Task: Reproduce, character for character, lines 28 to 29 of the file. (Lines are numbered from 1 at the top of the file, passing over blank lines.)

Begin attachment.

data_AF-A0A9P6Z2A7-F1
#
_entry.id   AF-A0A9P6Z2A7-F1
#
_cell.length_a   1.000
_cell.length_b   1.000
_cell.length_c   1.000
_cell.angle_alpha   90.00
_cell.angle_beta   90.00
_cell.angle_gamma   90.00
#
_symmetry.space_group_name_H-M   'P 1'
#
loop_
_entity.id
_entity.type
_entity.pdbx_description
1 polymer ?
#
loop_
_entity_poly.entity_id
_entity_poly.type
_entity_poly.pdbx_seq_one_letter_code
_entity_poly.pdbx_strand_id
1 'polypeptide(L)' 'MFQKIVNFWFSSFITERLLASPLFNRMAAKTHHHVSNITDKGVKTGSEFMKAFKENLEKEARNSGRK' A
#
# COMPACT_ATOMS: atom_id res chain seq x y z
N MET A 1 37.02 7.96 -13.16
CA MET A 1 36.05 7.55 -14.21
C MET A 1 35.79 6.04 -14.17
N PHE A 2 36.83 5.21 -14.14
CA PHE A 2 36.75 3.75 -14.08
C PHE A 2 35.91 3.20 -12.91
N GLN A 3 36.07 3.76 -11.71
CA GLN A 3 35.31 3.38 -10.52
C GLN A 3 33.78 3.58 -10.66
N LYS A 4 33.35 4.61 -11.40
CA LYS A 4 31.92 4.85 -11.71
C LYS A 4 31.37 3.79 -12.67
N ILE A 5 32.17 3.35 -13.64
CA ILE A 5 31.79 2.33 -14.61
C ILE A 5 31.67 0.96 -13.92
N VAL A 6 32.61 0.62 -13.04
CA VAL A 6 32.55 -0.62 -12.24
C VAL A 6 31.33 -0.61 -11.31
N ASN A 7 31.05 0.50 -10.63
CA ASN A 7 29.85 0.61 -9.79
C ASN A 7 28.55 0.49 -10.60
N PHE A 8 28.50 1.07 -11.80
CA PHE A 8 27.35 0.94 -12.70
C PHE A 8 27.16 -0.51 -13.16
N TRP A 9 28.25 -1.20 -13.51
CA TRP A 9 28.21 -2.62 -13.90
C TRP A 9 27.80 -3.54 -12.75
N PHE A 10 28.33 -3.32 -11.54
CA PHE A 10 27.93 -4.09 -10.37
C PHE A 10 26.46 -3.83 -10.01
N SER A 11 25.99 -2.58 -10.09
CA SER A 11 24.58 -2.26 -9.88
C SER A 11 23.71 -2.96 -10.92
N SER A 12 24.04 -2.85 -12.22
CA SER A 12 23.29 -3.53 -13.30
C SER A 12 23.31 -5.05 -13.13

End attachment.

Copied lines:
N MET A 1 37.02 7.96 -13.16
CA MET A 1 36.05 7.55 -14.21